The Jonathan Trumbull Jr. House Museum

After the reenactment, we took a stroll through the sutler area and then walked down the street to the Jonathan Trumbull Jr. House Museum for a tour. Let me pause here for a brief overview of the Trumbulls of CT:

While giving tours at the Noah Webster House, I am often asked if he is related to Daniel Webster, or some other Webster. What I realized in Lebanon is that there is often similar confusion with the Trumbull family as well - but not a “how are they related?” type of confusion; it’s a “they have the SAME name!” confusion. So here’s a quick rundown of the Jonathan Trumbulls of Connecticut:

Governor Jonathan Trumbull

This is the Trumbull whose birthday was being celebrated. His father was a merchant who had moved to Lebanon a few years before Jonathan’s birth in 1710. After attending Harvard, Jonathan was needed back in CT to run the family business. He served in the CT House of Representatives and was elected as Deputy Governor in 1766 and as Governor in 1769. He retired in 1784 and died the next year. He had six children, including Joseph, Jonathan, and John. (I guess he was partial to “J” names, which I am as well!) His house still stands in Lebanon and is owned and operated by the Connecticut Daughters of the American Revolution. Unfortunately, we didn’t have time to see his house on this trip, but hope to visit again soon.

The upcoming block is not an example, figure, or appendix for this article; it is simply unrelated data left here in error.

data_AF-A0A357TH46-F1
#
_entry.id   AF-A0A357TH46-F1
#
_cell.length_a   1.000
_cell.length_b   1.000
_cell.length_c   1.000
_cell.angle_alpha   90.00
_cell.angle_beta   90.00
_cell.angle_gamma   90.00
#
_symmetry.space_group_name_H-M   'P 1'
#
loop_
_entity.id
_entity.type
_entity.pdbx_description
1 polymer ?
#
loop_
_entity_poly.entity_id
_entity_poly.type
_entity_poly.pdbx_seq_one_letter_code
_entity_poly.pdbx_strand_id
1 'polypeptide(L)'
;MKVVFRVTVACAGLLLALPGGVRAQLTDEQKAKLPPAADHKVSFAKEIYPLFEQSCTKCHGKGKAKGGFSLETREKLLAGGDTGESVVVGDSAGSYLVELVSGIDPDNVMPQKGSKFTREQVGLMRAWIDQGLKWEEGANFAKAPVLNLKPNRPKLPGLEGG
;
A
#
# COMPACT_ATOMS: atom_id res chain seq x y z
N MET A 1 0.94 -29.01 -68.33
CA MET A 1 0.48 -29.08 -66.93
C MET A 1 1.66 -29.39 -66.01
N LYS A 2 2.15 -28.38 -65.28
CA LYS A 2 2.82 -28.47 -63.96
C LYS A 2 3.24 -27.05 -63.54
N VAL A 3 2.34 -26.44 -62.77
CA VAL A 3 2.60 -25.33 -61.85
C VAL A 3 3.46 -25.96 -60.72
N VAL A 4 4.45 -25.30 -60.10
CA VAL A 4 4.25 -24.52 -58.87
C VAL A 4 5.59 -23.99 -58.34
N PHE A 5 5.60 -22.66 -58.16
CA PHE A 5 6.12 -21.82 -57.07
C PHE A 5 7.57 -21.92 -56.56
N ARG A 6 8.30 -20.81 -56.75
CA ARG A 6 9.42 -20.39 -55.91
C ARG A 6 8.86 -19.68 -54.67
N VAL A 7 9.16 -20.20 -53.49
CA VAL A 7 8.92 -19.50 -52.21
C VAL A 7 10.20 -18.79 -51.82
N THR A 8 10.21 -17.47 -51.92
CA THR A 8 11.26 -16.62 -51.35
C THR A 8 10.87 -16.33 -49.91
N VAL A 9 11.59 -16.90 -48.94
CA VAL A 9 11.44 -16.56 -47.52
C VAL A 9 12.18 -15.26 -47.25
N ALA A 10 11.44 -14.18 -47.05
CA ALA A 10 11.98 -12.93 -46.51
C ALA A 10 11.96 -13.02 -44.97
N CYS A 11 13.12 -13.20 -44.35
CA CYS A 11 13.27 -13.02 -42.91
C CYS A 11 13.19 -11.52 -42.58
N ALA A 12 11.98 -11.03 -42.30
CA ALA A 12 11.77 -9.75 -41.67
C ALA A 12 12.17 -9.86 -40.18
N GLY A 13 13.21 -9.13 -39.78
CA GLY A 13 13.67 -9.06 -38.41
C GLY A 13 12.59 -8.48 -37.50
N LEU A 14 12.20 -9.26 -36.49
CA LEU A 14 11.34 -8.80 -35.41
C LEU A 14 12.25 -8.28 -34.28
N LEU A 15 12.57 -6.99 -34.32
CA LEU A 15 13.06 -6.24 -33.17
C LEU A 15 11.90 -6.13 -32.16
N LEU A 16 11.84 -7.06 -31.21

Jonathan Trumbull Jr.

This Jonathan is the second son of the above mentioned Governor Trumbull. Jonathan Jr. was born in 1740 and, just as his father had done, attended Harvard before returning to assist with the family business. He served several posts during the Revolution, including that of military secretary to General George Washington, witnessing the surrender of Cornwallis at Yorktown. After serving as Speaker of the House of Representatives and as a U.S. Senator, Jonathan Jr. was elected as Governor of CT, a position he held until his death.

John Trumbull

He is the youngest child of the first Governor Trumbull and younger brother to Jonathan Jr. We know John Trumbull today as the “painter of the Revolution.” He attended Harvard as well, and then served in the Continental Army. Before resigning from the military, he served as the second personal aide to General Washington. In the following years, he traveled to London and Paris to study painting and began work on his many portraits and works depicting the fight for American independence that are so familiar to us today.